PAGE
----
Grand Funk started in Michigan or one of those states around there. They were just 3 kids who saw enough freedom that they decided to be a band. Their first record was in 1969. By 1971 they were one of the biggest selling acts in the world. They pioneered stadium rock in a way even the Beatles did not do. They were a classic example of an American mom and pop endeavor going huge. Back then, that sort of thing was admired amongst teenagers. One of the things I like about Grand Funk is their work ethic. They were a touring, record making, stadium playing machine. They really were that good.
This album is the one for me that always stands up. Even from the intro of the song “American Band”, they sound like they are on a mission and were on fire to deliver it. The only thing that could have made the song “American Band” better would’ve been more cow-bell. It tells the story of Grand Funk on the road, from sweet, sweet Connie to playing poker with Freddie King (because that was his thing). It is a bird’s eye view and it always made me want to be the bird.
The thing I loved about the formats of long players back then is that it still showed the vestiges of the 1960’s singles affect. In those days you’d have a single or two that were hits and then the albums would be filled in with the songs that were left over. Back then you had the A-side songs, the B-side songs. It was the careful mixture of the two that usually made for the most interesting work by bands. It is a weird thing when you play music to people. In many instances a song you think is great in the studio, may very well fall flat in front of a crowd. The opposite effect can happen as well. A song that works live can fail to spark in a studio session. This album has some great B-side songs, “Stop Looking Back” and “Creeping with Black Licorice” makes a perfect album side to me. The key to the perfect album side is the fact you must take a break with your ears and mind to get up and flip the album over. I personally think much is lost by the iPhone Jukebox that never ends and runs songs together. It does not give the brain enough time to absorb.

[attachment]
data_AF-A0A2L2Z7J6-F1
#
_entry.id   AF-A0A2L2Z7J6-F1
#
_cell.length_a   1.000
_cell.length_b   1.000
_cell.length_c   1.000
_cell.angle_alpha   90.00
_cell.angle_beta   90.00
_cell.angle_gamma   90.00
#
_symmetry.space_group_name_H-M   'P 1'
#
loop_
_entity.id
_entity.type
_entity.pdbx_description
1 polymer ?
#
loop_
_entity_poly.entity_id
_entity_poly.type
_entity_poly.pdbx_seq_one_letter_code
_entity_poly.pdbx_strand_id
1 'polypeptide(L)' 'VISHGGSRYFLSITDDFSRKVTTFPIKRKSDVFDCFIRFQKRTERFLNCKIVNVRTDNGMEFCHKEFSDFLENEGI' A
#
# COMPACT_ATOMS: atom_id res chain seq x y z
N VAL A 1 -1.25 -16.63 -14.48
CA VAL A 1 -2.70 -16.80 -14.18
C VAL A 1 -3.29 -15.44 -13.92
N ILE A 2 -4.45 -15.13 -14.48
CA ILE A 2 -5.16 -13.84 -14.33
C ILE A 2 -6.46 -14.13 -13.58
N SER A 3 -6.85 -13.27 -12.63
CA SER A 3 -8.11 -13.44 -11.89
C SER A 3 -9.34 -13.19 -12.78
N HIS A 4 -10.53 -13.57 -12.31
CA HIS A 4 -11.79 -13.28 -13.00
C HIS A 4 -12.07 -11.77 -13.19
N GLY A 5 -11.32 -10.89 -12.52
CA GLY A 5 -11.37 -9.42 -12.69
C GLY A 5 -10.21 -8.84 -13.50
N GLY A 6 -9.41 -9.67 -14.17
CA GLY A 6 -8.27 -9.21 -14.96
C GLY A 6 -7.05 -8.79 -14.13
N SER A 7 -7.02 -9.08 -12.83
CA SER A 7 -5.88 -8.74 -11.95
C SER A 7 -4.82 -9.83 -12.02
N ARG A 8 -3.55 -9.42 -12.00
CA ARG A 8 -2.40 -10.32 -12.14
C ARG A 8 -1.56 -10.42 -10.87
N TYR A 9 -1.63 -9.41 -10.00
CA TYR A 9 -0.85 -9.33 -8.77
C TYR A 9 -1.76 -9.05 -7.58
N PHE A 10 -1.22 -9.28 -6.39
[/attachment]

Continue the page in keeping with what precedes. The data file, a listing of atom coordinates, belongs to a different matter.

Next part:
The musicians are great on the record. There are the wild, shirtless lyrics of Mark Farner; the bong rattling bass of Mel Schacher; the ever competent drumming of Don Brewer and the organ by Craig Frost becomes a big part of the sound on this album as well. Actually it is Brewer that to me makes this record. He has become a real world class vocalist at this stage. More importantly he can do it live. When he sang “Walk like a Man”, he meant it and it felt good and true if you actually were a man or a boy when you heard it. Todd Rundgren deserves a lot of credit for the production sheen of this record. It is spot on tough and muscular. Buy it and thank me later. ;o)